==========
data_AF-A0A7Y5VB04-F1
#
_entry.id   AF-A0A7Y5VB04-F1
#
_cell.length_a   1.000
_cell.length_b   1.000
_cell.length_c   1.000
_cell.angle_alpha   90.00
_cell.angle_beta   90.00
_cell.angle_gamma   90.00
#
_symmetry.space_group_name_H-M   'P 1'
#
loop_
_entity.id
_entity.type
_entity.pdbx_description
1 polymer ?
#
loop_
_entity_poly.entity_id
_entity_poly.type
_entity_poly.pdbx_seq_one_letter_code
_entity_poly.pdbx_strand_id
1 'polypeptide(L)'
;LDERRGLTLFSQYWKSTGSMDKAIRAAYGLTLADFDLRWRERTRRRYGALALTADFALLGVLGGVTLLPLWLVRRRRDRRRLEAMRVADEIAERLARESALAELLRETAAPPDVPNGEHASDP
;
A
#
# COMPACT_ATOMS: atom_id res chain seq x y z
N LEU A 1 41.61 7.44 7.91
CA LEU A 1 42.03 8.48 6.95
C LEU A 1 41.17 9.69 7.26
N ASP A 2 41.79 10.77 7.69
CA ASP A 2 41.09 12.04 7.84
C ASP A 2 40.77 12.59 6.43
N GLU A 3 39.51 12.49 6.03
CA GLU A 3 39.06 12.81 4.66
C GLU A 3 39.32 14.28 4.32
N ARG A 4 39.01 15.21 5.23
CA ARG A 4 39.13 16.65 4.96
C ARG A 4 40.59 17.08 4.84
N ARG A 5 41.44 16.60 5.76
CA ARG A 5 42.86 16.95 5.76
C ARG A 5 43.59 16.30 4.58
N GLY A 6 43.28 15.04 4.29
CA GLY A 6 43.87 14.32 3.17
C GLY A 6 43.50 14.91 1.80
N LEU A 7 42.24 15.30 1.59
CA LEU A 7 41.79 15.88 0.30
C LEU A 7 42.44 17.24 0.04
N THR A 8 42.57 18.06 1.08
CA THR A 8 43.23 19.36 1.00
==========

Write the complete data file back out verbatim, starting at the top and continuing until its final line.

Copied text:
data_AF-A0A7Y5VB04-F1
#
_entry.id   AF-A0A7Y5VB04-F1
#
_cell.length_a   1.000
_cell.length_b   1.000
_cell.length_c   1.000
_cell.angle_alpha   90.00
_cell.angle_beta   90.00
_cell.angle_gamma   90.00
#
_symmetry.space_group_name_H-M   'P 1'
#
loop_
_entity.id
_entity.type
_entity.pdbx_description
1 polymer ?
#
loop_
_entity_poly.entity_id
_entity_poly.type
_entity_poly.pdbx_seq_one_letter_code
_entity_poly.pdbx_strand_id
1 'polypeptide(L)'
;LDERRGLTLFSQYWKSTGSMDKAIRAAYGLTLADFDLRWRERTRRRYGALALTADFALLGVLGGVTLLPLWLVRRRRDRRRLEAMRVADEIAERLARESALAELLRETAAPPDVPNGEHASDP
;
A
#
# COMPACT_ATOMS: atom_id res chain seq x y z
N LEU A 1 41.61 7.44 7.91
CA LEU A 1 42.03 8.48 6.95
C LEU A 1 41.17 9.69 7.26
N ASP A 2 41.79 10.77 7.69
CA ASP A 2 41.09 12.04 7.84
C ASP A 2 40.77 12.59 6.43
N GLU A 3 39.51 12.49 6.03
CA GLU A 3 39.06 12.81 4.66
C GLU A 3 39.32 14.28 4.32
N ARG A 4 39.01 15.21 5.23
CA ARG A 4 39.13 16.65 4.96
C ARG A 4 40.59 17.08 4.84
N ARG A 5 41.44 16.60 5.76
CA ARG A 5 42.86 16.95 5.76
C ARG A 5 43.59 16.30 4.58
N GLY A 6 43.28 15.04 4.29
CA GLY A 6 43.87 14.32 3.17
C GLY A 6 43.50 14.91 1.80
N LEU A 7 42.24 15.30 1.59
CA LEU A 7 41.79 15.88 0.30
C LEU A 7 42.44 17.24 0.04
N THR A 8 42.57 18.06 1.08
CA THR A 8 43.23 19.36 1.00